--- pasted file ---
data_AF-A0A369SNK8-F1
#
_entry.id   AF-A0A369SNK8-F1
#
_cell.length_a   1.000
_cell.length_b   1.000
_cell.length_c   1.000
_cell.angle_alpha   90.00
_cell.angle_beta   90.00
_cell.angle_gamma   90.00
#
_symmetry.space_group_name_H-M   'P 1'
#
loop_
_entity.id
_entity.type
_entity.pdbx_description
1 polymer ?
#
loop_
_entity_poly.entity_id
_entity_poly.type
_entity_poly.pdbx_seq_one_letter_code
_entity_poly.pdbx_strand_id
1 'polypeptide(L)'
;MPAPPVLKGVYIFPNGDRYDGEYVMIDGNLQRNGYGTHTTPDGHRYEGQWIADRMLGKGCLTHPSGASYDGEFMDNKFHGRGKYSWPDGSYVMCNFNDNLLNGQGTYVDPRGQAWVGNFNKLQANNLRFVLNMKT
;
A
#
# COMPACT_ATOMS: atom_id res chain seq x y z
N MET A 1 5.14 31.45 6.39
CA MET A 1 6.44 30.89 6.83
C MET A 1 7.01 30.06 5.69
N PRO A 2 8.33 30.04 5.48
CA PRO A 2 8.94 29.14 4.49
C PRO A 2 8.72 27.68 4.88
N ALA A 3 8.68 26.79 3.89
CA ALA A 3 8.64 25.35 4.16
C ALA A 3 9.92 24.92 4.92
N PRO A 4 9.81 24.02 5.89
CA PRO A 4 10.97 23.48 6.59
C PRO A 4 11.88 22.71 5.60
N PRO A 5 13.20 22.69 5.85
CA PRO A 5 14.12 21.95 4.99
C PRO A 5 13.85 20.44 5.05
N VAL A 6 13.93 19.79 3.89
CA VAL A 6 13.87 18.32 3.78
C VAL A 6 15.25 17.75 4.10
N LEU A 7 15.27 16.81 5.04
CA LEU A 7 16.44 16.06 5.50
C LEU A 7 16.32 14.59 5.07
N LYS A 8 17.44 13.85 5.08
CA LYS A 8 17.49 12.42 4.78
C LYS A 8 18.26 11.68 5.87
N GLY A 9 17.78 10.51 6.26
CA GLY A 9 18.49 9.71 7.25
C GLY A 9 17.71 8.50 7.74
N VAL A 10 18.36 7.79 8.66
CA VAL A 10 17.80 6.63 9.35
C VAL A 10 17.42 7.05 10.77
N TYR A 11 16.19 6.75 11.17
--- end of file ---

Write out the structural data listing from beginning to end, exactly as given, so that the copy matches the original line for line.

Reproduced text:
data_AF-A0A369SNK8-F1
#
_entry.id   AF-A0A369SNK8-F1
#
_cell.length_a   1.000
_cell.length_b   1.000
_cell.length_c   1.000
_cell.angle_alpha   90.00
_cell.angle_beta   90.00
_cell.angle_gamma   90.00
#
_symmetry.space_group_name_H-M   'P 1'
#
loop_
_entity.id
_entity.type
_entity.pdbx_description
1 polymer ?
#
loop_
_entity_poly.entity_id
_entity_poly.type
_entity_poly.pdbx_seq_one_letter_code
_entity_poly.pdbx_strand_id
1 'polypeptide(L)'
;MPAPPVLKGVYIFPNGDRYDGEYVMIDGNLQRNGYGTHTTPDGHRYEGQWIADRMLGKGCLTHPSGASYDGEFMDNKFHGRGKYSWPDGSYVMCNFNDNLLNGQGTYVDPRGQAWVGNFNKLQANNLRFVLNMKT
;
A
#
# COMPACT_ATOMS: atom_id res chain seq x y z
N MET A 1 5.14 31.45 6.39
CA MET A 1 6.44 30.89 6.83
C MET A 1 7.01 30.06 5.69
N PRO A 2 8.33 30.04 5.48
CA PRO A 2 8.94 29.14 4.49
C PRO A 2 8.72 27.68 4.88
N ALA A 3 8.68 26.79 3.89
CA ALA A 3 8.64 25.35 4.16
C ALA A 3 9.92 24.92 4.92
N PRO A 4 9.81 24.02 5.89
CA PRO A 4 10.97 23.48 6.59
C PRO A 4 11.88 22.71 5.60
N PRO A 5 13.20 22.69 5.85
CA PRO A 5 14.12 21.95 4.99
C PRO A 5 13.85 20.44 5.05
N VAL A 6 13.93 19.79 3.89
CA VAL A 6 13.87 18.32 3.78
C VAL A 6 15.25 17.75 4.10
N LEU A 7 15.27 16.81 5.04
CA LEU A 7 16.44 16.06 5.50
C LEU A 7 16.32 14.59 5.07
N LYS A 8 17.44 13.85 5.08
CA LYS A 8 17.49 12.42 4.78
C LYS A 8 18.26 11.68 5.87
N GLY A 9 17.78 10.51 6.26
CA GLY A 9 18.49 9.71 7.25
C GLY A 9 17.71 8.50 7.74
N VAL A 10 18.36 7.79 8.66
CA VAL A 10 17.80 6.63 9.35
C VAL A 10 17.42 7.05 10.77
N TYR A 11 16.19 6.75 11.17